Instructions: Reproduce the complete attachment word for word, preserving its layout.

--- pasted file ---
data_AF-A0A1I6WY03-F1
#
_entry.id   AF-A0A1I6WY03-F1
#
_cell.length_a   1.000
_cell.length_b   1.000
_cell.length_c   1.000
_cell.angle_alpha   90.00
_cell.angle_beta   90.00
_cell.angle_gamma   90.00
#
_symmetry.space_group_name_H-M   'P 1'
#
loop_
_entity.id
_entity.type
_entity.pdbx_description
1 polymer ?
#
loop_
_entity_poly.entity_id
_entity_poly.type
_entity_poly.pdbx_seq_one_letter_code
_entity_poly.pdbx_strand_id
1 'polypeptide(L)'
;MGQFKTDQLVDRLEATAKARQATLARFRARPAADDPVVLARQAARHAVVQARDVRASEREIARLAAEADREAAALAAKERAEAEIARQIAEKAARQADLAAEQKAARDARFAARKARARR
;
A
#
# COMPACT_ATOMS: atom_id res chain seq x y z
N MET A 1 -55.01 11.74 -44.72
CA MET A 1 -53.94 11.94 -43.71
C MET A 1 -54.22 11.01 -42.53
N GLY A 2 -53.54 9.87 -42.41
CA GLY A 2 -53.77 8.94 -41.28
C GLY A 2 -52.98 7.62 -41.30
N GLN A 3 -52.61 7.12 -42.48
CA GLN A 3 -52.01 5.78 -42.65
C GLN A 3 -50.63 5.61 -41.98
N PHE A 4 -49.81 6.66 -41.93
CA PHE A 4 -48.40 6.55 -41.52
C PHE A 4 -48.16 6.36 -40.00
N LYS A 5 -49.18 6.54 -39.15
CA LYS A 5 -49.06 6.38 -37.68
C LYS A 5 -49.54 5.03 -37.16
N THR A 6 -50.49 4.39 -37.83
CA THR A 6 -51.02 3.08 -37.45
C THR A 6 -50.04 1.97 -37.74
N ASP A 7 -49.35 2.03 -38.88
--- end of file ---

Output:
data_AF-A0A1I6WY03-F1
#
_entry.id   AF-A0A1I6WY03-F1
#
_cell.length_a   1.000
_cell.length_b   1.000
_cell.length_c   1.000
_cell.angle_alpha   90.00
_cell.angle_beta   90.00
_cell.angle_gamma   90.00
#
_symmetry.space_group_name_H-M   'P 1'
#
loop_
_entity.id
_entity.type
_entity.pdbx_description
1 polymer ?
#
loop_
_entity_poly.entity_id
_entity_poly.type
_entity_poly.pdbx_seq_one_letter_code
_entity_poly.pdbx_strand_id
1 'polypeptide(L)'
;MGQFKTDQLVDRLEATAKARQATLARFRARPAADDPVVLARQAARHAVVQARDVRASEREIARLAAEADREAAALAAKERAEAEIARQIAEKAARQADLAAEQKAARDARFAARKARARR
;
A
#
# COMPACT_ATOMS: atom_id res chain seq x y z
N MET A 1 -55.01 11.74 -44.72
CA MET A 1 -53.94 11.94 -43.71
C MET A 1 -54.22 11.01 -42.53
N GLY A 2 -53.54 9.87 -42.41
CA GLY A 2 -53.77 8.94 -41.28
C GLY A 2 -52.98 7.62 -41.30
N GLN A 3 -52.61 7.12 -42.48
CA GLN A 3 -52.01 5.78 -42.65
C GLN A 3 -50.63 5.61 -41.98
N PHE A 4 -49.81 6.66 -41.93
CA PHE A 4 -48.40 6.55 -41.52
C PHE A 4 -48.16 6.36 -40.00
N LYS A 5 -49.18 6.54 -39.15
CA LYS A 5 -49.06 6.38 -37.68
C LYS A 5 -49.54 5.03 -37.16
N THR A 6 -50.49 4.39 -37.83
CA THR A 6 -51.02 3.08 -37.45
C THR A 6 -50.04 1.97 -37.74
N ASP A 7 -49.35 2.03 -38.88